FIG. 8 shows the schematic drawing of the embodiment just described in relation to FIGS. 4, 5, 6 and 7. It shows the motor 26 with shuttle cylinder 38, drive cord 32 with end pulleys 34 and 36 and vane drive pulleys 30 to 30n with axis in a plane perpendicular to the plane defined by the axis of pulleys 34 and 36. Other arrangements of this Motion Board Drive System can be had. In FIG. 9, shuttle motor 84 is in a vertical position and has a continuous cord 85 which encircles pulleys 86 and 87. A counter weight 88 of approximately the same weight as the shuttle cylinder 89 is provided in the cord 85. Pulley 86 is a two wheel or groove pulley and has a second drive cord 90 in the other groove not occuppied by cord 85. The cord 90 also goes around end pulley 91 and connects to vanes 30 to 30n similarly as did that system shown in FIG. 8. The linear motor 26 was moved out of the cord 32 and placed in a vertical position on cord 85 so that we can use a counter weight 88 to eliminate most of the effect of the weight of the shuttle cylinder 89.
FIG. 10 is still a further modification of that of FIG. 8. Here the linear motor 26 has a shuttle cylinder 38 connected via push rod 100 to cord 32. Here we are pushing and pulling segments of cord 32 with the connecting rod 100 in accordance with the movement of shuttle cylinder 38.
FIG. 11 is still a further embodiment. It has twin linear motors 102 and 104 which are connected by drive cord 106. Also provided are double grooved twin pulleys 108 and 110. The cord 106 goes into one groove of each of the pulleys 108 and 110 and a second drive cord 112 goes over the grooves of the two pulleys. The drive cord 112 drives the vane cylinders 114 to 114n. Drive cord 106 and drive cord 112 are mechanically connected at 116 so that movement of cord 106 is translated to drive cord 112. The wiring for the linear motors 102 and 104 are such that when shuttle cylinder 118 of motor 102 is in its lower most position, shuttle cylinder 118 of motor 104 is in its upper most position.
Attention is next directed to FIG. 12 which shows a schematic diagram of a pulley arrangement so that there is a ratio between the movement of the shuttle cylinder and that of the drive cord. Shown thereon is a double pulley 122 having a smaller diameter pulley 124 and a larger outer diameter 126. A similar pulley is provided on the right hand end of the drawing. A motor 26 having shuttle cylinder 38 and drive cord 32 is mounted on a larger drive cord 132. A second drive cord 134 which is connected to vanes 10 to 10n are mounted on the smaller pulley 124, thus, it is clear that the ratio of the movement of drive cord 132 to second drive cord 134 is directly proportional to the ratio of the radius of the smaller pulley 124 and the larger pulley 126.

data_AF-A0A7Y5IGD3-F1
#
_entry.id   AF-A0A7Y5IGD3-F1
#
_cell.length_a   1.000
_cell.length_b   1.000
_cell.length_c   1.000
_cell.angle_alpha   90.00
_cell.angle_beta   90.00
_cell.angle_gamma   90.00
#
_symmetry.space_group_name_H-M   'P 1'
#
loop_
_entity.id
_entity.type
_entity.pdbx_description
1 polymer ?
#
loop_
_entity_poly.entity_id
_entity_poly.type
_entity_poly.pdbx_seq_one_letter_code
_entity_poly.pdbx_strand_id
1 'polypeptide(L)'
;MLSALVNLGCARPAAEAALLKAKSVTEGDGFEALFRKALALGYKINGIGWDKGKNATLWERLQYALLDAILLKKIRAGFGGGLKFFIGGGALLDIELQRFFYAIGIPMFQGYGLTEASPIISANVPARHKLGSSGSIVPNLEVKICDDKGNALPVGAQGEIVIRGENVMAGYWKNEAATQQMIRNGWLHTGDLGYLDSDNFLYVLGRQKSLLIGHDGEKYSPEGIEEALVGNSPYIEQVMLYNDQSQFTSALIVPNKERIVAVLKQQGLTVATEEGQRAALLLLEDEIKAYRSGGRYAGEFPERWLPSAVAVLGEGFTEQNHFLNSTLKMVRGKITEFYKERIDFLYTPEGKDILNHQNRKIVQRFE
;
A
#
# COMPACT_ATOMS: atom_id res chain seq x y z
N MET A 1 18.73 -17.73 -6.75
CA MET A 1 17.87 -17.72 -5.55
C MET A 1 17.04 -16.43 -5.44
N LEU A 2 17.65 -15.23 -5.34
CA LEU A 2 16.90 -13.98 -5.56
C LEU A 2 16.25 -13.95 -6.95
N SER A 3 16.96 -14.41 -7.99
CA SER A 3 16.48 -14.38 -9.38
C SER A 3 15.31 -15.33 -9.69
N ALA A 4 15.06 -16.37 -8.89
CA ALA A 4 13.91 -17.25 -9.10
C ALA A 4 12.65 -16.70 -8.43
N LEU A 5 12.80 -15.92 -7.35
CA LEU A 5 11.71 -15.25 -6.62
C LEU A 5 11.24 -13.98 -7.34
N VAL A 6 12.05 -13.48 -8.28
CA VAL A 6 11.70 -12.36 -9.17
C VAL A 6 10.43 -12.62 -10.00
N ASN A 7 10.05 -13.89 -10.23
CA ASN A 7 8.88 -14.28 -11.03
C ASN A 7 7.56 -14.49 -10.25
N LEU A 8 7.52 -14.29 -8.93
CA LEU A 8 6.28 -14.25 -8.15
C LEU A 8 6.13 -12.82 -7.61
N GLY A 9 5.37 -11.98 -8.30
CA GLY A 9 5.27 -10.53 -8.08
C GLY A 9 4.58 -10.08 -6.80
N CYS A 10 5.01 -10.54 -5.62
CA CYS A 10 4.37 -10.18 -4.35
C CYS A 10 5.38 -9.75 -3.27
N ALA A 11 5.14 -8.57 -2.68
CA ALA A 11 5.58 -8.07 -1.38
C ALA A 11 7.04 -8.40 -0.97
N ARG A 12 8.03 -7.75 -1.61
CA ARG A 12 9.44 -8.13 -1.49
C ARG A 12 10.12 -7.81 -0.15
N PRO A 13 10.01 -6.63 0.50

In order to improve the efficiency of the motor when used horizontally, a horizontal steel plate 140 supported from frame 142 as shown first in FIG. 13, is positioned above the motor 26 so that the motor magnet or shuttle cylinder 38 will be attraced towards this plate thereby levitating the magnet--this action will reduce the force between the magnet and its surrounding tube or bearings--thereby reducing the friction between these two parts and making more power available to turn the vanes. It also reduces frictional wear between the parts thereby extending the mechanical life of the motor.
Other latching means for preventing flutter of the vanes will now be discussed. It is also possible to provide a magnetic lock using a stationary magnet positioned horizontally between two drive cord pulleys so that each end of the magnet is close to the circumference of the two adjacent drive cord pulleys. If a horizontal magnet or piece of soft iron or steel is then attached radially to the top of each drive cord pulley 32 that when the vanes are closed up in one direction then one magnet is adjacent to the stationary magnet then the vanes will be held in the closed position--when the vanes rotate then the other magnet will become adjacent to the other end of the stationary magnet to again hold the vanes closed. It is further noted that magnets may be fitted to the drive cord pulleys and a stationary piece of soft iron or steel may be used. Various alternative solutions can be seen to be possible by using, for example, independent locking systems where a lock in one direction can be achieved using one drive cord pulley and the other lock using a separate system on a remote drive cord pulley. Another solution is to use three adjacent drive cord pulleys and transfer the stationary magnet to the center drive cord pulley. A further solution is to put the magnet locks between a magnet mounted on the cord and stationary parts. Furthermore, if it is considered unimportant to conserve power, the hold may be achieved by keeping the end coil energized--at full power or reduced power.